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Nests, spaetzle (Alsatian noodles), spaghetti, spirals, shells, penne, farfalle (bow-tieOur flagship products are the famous "Pâtes d'Alsace aux 7 oeufs frais" (Alsatian pasta with 7 fresh eggs) and we have created flavoured, health, organic and kosher pastas),…All these and many others are produced in Alsace by VALFLEURI.Ingredients: High quality fresh eggs and durum wheat semolina. From the freshness of our eggs… Category A fresh eggs, with guaranteed freshness. Chicken feed 100% plant origin with added minerals and vitamins. Respecting cooling requirements: 0° to 4°C throughout transport and use of the eggs. Daily delivery: we receive and use an average equivalent of 50 000 fresh eggs per day. ...to the selection of durum wheat semolina Exclusively high quality durum wheat semolina Non-GMO durum wheat semolina Valfleuri : A small bakery opened in 1922 At the end of the 19th century, domestic production of Noodles was gradually giving way to production by bakeries on a cottage industry scale. They were put to dry in the heat of the bread ovens. This is how VALFLEURI started, as a small bakery which began producing pasta in 1922 with a staff of 8. Frédéric KUENTZ (grandfather) then chose a pretty Alsatian girl as his trademark logo and the trade name "Les pâtes du Florival" (Florival pasta) named after the valley, before developing the trademark "VALFLEURI" in 1929. Then Mrs KUENTZ, herself a miller's daughter, mother of 5 children and widow of Frédéric Kuentz who died during the war, continued the family business. In spite of the new industrial era, VALFLEURI, which had suffered during the war, remained a cottage industry. The start of industrialisation with the 2nd generation In 1949, at the age of 16, Frédéric Kuentz, current CEO of VALFLEURI, started work to help his mother. From then on, VALFLEURI began to modernise its production tool with the purchase of a small Braibanti press so that pasta could be produced continuously. This new technique had the advantage of preserving the gluten in the dough and giving it better consistency on cooking. This modernisation continued in 1951 when the plant moved to larger premises at Guebwiller. In 1956, Frédéric Kuentz was joined by his brother Denis. In the meantime, competition in the pasta sector had increased and small producers, who had not modernised, disappeared. Launch of "Nids aux 7 œufs frais" (Nests with 7 fresh eggs) in Alsace, which rapidly became a great success In response to this worrying situation, at the end of the 1960s, Frédéric and Denis Kuentz decided to produce Noodles using Abbé Buchinger's famous 17th century recipe, adding 7 eggs per kilo of meal. This initiative gave VALFLEURI products a distinctive asset because industrial pastas only used 4 or 5 eggs at most. At the time, pasta had one major disadvantage: a long cooking time. However, the high egg content meant that the thickness of the dough could be reduced when rolling it out, so that this pasta had two essential qualities: cooking time reduced to 6 minutes and an incomparably fine flavour. However, reducing the thickness of the dough meant that the Noodles could no longer be presented in the form of a "raft" (slice of pasta folded like an accordion). The sharp fold weakened the pasta at that point, thus increasing the risk of breaking it. The solution was to present it in the form of NESTS. This gently curved format retained the pasta's strength and kept its shape. Although most pastas were sold in cardboard boxes, the NESTS were packed in "confectionery" bags, closed by a little gilt aluminium clip and labelled "Baker's Noodles". Their marked egg flavour, fineness and golden colour along with the short cooking time distinguished them from other types of pasta on the market and they soon became popular. The nest format was then used by most Alsatian manufacturers who applied this recipe to other shapes of pasta. In 1971, to meet the growing demand for "Pâtes d'Alsace", VALFLEURI moved to larger premises: an old textile plant at the bottom of the Florival valley at Linthal. The company then employed 45 people for a production of 12 tonnes per day. Construction of a new plant. In 1981, as part of their VALFLEURI growth strategy, Frédéric and Denis Kuentz decided to invest in a new production plant occupying 10000 m2 close to Mulhouse. From that time, the company, which had decided to specialise exclusively in the production of "Pâtes d'Alsace aux 7 œufs frais" (Alsatian pasta with 7 fresh eggs) moved into a period of remarkable growth. The evolution of the distribution sector led VALFLEURI to base its structure on the business plan and envisage national distribution, meaning moving into regions where "Pâtes d'Alsace" was not known. This distribution began in 1986, via one of the biggest national distributors which wanted to enhance its image by marketing its own brand of high-end grocery products. This strategy worked so well that in barely three months, Pâtes d'Alsace occupied nearly half the display space for egg-based pasta and was 2nd in the list of best product sales under a distributor's trademark. Increasing numbers of distributors began to ask for this pasta. "Pâtes d'Alsace" was then fully recognised as a high-end product which was a great help in improving the image of the pasta selection. "Pâtes d'Alsace" experienced an unprecedented boom throughout the 1980s (VALFLEURI grew by about 10% per year), although pasta consumption in France stagnated. Between 1986 and 1992, VALFLEURI increased production from 6000 tonnes to 14000 tonnes and became the European leader in the production of pasta with 7 fresh eggs. In 1986, VALFLEURI created the children's pasta niche, with pasta in the shape of Smurfs, followed by other original shapes. VALFLEURI, with Pâtes d'Alsace distributed throughout France, made investments to expand its production plant to 14000m2, modernise its production tool and increase its production capacity while maintaining a high level of quality.All our ingredients are carefully analysed before use, by our internal laboratory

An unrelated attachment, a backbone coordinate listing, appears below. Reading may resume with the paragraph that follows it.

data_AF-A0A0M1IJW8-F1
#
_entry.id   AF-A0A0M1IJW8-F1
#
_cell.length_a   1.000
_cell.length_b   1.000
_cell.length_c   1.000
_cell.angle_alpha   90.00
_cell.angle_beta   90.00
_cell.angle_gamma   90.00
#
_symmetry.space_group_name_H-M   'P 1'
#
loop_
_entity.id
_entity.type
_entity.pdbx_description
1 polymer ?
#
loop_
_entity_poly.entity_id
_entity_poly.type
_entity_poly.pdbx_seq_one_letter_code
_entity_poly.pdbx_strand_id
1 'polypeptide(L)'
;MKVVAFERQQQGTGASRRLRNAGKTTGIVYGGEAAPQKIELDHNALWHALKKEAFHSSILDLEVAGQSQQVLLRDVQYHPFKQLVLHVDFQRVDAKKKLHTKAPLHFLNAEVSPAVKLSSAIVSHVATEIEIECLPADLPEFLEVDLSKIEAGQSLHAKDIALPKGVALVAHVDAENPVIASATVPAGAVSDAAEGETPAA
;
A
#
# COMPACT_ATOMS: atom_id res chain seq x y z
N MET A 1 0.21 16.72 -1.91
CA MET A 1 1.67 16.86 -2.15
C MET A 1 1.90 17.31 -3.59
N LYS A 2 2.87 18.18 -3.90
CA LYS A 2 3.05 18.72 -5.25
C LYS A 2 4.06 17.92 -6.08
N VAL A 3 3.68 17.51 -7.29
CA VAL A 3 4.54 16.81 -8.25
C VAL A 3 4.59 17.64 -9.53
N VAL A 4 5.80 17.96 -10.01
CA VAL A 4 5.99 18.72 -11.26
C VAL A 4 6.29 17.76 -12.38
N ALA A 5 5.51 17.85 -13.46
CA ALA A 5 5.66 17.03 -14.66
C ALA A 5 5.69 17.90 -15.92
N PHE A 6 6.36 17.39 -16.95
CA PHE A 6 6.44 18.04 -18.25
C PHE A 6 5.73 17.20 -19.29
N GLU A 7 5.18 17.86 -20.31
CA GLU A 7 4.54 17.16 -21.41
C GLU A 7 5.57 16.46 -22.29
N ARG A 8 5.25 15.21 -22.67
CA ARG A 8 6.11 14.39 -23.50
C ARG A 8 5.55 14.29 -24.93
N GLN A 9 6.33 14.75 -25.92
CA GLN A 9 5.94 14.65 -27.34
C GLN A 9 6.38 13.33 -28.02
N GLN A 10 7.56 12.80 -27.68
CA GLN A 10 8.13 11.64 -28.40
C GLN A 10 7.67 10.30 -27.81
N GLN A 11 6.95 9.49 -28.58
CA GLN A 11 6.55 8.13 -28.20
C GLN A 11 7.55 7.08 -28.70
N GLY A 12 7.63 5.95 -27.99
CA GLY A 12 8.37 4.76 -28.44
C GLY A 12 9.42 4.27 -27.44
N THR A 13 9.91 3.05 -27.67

Additional Information

KOSHER No
Organic No
Gluten free No